• Durable goods orders, after falling month-on-month in May by 0.3% and by 1.0% in April, rebounded by 1.0% in June signalling a recovery in manufacturing momentum. Vehicle orders enjoyed their strongest monthly gain in three years. Excluding the defence sector, which suffered a pullback in June, durable goods orders increased in June by a solid 1.5% on the month. New orders for non-defence capital goods excluding aircraft, a closely watched proxy for business investment spending, increased 0.6% on the month, maintaining its positive trend. In the year-to-date, the proxy for business spending has increased year-on-year by 6.8% boosted by tax incentives. Increased business spending bodes well for a recovery in productivity growth.
  • New home sales fell sharply in June by 5.3% month-on-month while the previous month’s 6.7% increase was revised lower to 3.9%. in addition, prices decreased and inventories increased signalling potential weakness in the US housing market. The median sale price of new homes fell in June by 4.2% year-on-year while the inventory increased to 5.7 months’ supply at the current purchase rate, the highest since August 2017. Housing market weakness also reflected in existing home sales, which fell in June by 0.6% on the month taking the year-on-year decline to 2.2%. Existing and new home sales are being hamstrung by declining affordability following several years of successive price increases and the recent rise in mortgage rates. According to Freddie Mac the average rate for a 30-year fixed rate mortgage was 4.57% in June up from 4.03% in January.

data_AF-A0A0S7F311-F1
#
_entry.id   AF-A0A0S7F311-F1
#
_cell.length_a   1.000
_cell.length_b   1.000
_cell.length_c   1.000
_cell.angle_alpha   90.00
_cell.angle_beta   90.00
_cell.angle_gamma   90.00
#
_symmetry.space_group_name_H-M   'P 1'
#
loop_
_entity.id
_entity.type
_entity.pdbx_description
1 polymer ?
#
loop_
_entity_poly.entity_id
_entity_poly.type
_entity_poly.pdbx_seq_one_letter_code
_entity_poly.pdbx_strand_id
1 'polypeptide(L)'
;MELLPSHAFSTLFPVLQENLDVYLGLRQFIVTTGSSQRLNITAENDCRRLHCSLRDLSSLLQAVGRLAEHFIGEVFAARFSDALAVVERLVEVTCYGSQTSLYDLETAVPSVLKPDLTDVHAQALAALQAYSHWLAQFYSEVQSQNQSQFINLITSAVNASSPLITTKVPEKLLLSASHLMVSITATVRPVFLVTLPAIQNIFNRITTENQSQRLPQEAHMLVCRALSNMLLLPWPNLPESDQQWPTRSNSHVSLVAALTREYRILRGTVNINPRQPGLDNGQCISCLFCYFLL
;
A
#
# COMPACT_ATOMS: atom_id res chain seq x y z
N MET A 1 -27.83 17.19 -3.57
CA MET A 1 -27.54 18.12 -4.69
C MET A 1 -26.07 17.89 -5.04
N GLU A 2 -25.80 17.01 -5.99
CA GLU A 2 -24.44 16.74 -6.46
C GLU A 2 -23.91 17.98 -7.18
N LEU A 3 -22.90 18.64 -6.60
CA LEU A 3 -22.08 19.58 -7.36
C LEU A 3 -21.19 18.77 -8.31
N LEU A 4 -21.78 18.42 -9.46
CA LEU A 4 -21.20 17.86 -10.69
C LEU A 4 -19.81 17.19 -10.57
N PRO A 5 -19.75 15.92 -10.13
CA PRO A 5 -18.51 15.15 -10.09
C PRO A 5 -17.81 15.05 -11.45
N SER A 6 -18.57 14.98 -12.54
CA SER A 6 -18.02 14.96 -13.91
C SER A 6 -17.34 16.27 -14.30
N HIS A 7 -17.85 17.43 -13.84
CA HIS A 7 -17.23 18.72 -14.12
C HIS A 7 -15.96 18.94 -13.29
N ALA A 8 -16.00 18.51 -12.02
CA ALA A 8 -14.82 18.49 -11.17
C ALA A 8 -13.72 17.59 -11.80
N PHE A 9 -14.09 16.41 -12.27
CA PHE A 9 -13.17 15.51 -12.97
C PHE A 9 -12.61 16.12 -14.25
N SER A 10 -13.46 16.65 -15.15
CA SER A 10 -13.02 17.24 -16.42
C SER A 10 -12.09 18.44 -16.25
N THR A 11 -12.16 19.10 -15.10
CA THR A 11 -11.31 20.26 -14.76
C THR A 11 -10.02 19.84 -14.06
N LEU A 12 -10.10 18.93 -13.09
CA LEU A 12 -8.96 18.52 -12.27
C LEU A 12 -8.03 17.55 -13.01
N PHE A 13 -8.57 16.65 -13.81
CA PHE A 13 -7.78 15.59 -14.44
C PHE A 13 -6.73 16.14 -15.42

• The University of Michigan US consumer sentiment index slipped in July from 98.2 to 97.9 its lowest since January although still at a relatively elevated level. The index hit 101.4 in March its highest level in 14 years. While the present situation index fell from 116.5 to 114.4 the forward-looking expectations index edged up from 86.3 to 87.3 indicating a recovery in consumer confidence in the months ahead. Richard Curtin, the survey’s chief economist noted that: “Despite the expectation of higher inflation and higher interest rates during the year ahead, consumers have kept their confidence at high levels due to favourable job and income prospects.” He added, however, that: “Consumers who had negative concerns about the tariffs voiced a much more pessimistic economic outlook.” The proportion of respondents expressing concern about the likely impact of a trade war increased from 21% to 35%.